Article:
Anyone visiting the festival for the first time may not have been aware that once the headline act returns for that final encore, the night is still far from over. As the witching hour approaches, Leila Cooper sets about hosting her regular late night (or should that be early morning?) Moonbeams sessions in the Wold Top marquee. This is where weekend ticket holders can relax with several nightcaps as Leila introduces a series of impromptu performances by invited guests, that often includes the headliners who played earlier. On Friday night (Saturday morning), Lucy Ward, Chris Helme, Hase Waits and Sarah Horn and James Cudworth were joined by comedian Patrick Monahan, who at one point incited some brilliantly hilarious and completely unrehearsed crowd surfing.
The town centre is just a steady fifteen minute walk away, with the route occupied by several herds of cattle, either enjoying their own festival of cud chewing, or nonchalantly stopping cars in their path in order to cross the road. A shuttle bus was provided so that festival goers could visit the market town, where on Saturday morning a dance procession endeavoured to forge that all important link between the festival and the local community, with the Frumptarn Guggenband's familiar drum and brass leading the way.
Back at the Racecourse, as the smell of bacon butties wafted over the tracks, the music commenced with the Wold Top marquee hosting performances by the likes of The Heathen Kings, Chris Helme, Lucy Marshall, Steve Kendra, Wendy Arrowsmith, Nick Rooke, Simon Snaize and Merry Hell, whilst The Teacups joined Tangletree and Folkestra in an aptly entitled concert 'Our Future Stars' on the main stage. Meanwhile, over in the Rapid Lad Bar, one of the Function Rooms in the main Racecourse building, Will Kauffman hosted the first of two highly informative and entertaining sessions celebrating the life and times of Woody Guthrie. On Sunday, the session went under the heading of The Long Road to Peekskill, a celebration of songs of freedom; whilst on Saturday the theme was Hard Times and Hard Travelin, during which Will performed some of Woody's songs, such as a pretty faithful Ry Cooder adaptation of Woody's dust bowl protest song Vigilante Man.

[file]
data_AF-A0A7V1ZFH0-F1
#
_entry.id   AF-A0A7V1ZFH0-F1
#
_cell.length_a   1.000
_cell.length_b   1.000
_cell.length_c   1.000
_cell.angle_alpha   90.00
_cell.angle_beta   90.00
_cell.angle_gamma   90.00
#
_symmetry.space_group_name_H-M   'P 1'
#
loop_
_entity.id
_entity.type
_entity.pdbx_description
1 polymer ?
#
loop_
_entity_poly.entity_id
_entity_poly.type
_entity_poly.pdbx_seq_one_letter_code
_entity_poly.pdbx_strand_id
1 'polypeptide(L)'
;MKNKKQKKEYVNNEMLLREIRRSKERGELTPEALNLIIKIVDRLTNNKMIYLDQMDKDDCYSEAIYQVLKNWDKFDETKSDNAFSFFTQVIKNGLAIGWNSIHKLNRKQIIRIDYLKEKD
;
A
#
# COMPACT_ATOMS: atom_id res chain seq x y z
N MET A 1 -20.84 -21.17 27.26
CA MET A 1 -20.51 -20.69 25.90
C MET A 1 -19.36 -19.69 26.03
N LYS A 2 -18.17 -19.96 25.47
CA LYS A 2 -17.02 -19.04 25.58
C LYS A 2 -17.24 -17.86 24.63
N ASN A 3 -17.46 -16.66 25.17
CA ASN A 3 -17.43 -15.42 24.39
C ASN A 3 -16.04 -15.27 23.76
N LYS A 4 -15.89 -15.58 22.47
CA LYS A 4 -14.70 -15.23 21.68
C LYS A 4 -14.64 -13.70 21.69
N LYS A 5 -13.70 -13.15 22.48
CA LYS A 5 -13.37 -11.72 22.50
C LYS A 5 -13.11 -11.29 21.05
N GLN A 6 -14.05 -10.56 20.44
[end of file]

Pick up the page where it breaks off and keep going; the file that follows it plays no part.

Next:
There was a pretty strong American theme developing during Saturday afternoon as local family band The Whiskey Dogs brought to the festival a flavour of old time American mountain music, aided by their infantry of hokum instrumentation such as kazoos, whistles and horns. The 'Americana Concert' continued with a long-awaited appearance by Grammy-nominated Eric Brace and Peter Cooper before singer/songwriter Steve Forbert took to the stage to perform his solo set, which included many of the songs he is noted for, as well as batting some finely timed heckling from an enthusiastic fan in the audience.
Saturday afternoon continued with another engaging concert in the Concert and Dance Marquee with some fine a cappella singing by Teesside's The Young 'Uns, followed by an energetic performance by the critically acclaimed live act CoCo and The Butterfields, whose unique 'Fip Fok' style soon resonated around the marquee bringing the place alive, before the award winning singer/songwriter Sam Carter concluded the afternoon concert with some of his fine songs and extraordinarily good guitar playing.
The clash of the titan trios was the only real choice consideration during the weekend as Show of Hands and Lau played simultaneously on both main stages on Saturday night. It was a toss-up based on which of the two bands had been seen most recently, but with some clever planning, it was possible to catch a bit of both. Whilst Show of Hands played their usual crowd-pleasing set over on the main concert stage, Lau's largely instrumental set on the Concert and Dance stage once again demonstrated that we were indeed in the presence of genius music makers, who make it look so simple.